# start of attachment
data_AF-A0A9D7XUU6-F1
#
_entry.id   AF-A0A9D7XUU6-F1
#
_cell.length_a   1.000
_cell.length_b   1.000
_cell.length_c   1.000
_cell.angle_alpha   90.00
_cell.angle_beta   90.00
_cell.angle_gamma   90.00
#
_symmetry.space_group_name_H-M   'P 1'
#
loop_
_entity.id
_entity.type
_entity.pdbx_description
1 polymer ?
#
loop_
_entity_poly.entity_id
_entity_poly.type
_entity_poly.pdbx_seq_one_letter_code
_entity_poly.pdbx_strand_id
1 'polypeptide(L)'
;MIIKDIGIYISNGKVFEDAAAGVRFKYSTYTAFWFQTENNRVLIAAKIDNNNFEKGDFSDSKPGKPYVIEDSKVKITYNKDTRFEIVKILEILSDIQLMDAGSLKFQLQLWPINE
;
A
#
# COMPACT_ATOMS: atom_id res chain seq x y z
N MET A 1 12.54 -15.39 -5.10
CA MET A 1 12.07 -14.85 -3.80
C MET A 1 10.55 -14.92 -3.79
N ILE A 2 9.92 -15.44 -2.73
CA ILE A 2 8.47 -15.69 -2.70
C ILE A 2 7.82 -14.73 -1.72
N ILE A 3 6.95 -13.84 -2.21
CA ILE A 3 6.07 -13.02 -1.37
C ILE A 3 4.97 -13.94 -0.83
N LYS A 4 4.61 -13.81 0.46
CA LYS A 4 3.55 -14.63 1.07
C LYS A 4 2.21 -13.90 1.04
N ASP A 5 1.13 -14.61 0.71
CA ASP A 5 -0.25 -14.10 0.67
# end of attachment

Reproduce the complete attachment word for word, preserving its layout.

data_AF-A0A9D7XUU6-F1
#
_entry.id   AF-A0A9D7XUU6-F1
#
_cell.length_a   1.000
_cell.length_b   1.000
_cell.length_c   1.000
_cell.angle_alpha   90.00
_cell.angle_beta   90.00
_cell.angle_gamma   90.00
#
_symmetry.space_group_name_H-M   'P 1'
#
loop_
_entity.id
_entity.type
_entity.pdbx_description
1 polymer ?
#
loop_
_entity_poly.entity_id
_entity_poly.type
_entity_poly.pdbx_seq_one_letter_code
_entity_poly.pdbx_strand_id
1 'polypeptide(L)'
;MIIKDIGIYISNGKVFEDAAAGVRFKYSTYTAFWFQTENNRVLIAAKIDNNNFEKGDFSDSKPGKPYVIEDSKVKITYNKDTRFEIVKILEILSDIQLMDAGSLKFQLQLWPINE
;
A
#
# COMPACT_ATOMS: atom_id res chain seq x y z
N MET A 1 12.54 -15.39 -5.10
CA MET A 1 12.07 -14.85 -3.80
C MET A 1 10.55 -14.92 -3.79
N ILE A 2 9.92 -15.44 -2.73
CA ILE A 2 8.47 -15.69 -2.70
C ILE A 2 7.82 -14.73 -1.72
N ILE A 3 6.95 -13.84 -2.21
CA ILE A 3 6.07 -13.02 -1.37
C ILE A 3 4.97 -13.94 -0.83
N LYS A 4 4.61 -13.81 0.46
CA LYS A 4 3.55 -14.63 1.07
C LYS A 4 2.21 -13.90 1.04
N ASP A 5 1.13 -14.61 0.71
CA ASP A 5 -0.25 -14.10 0.67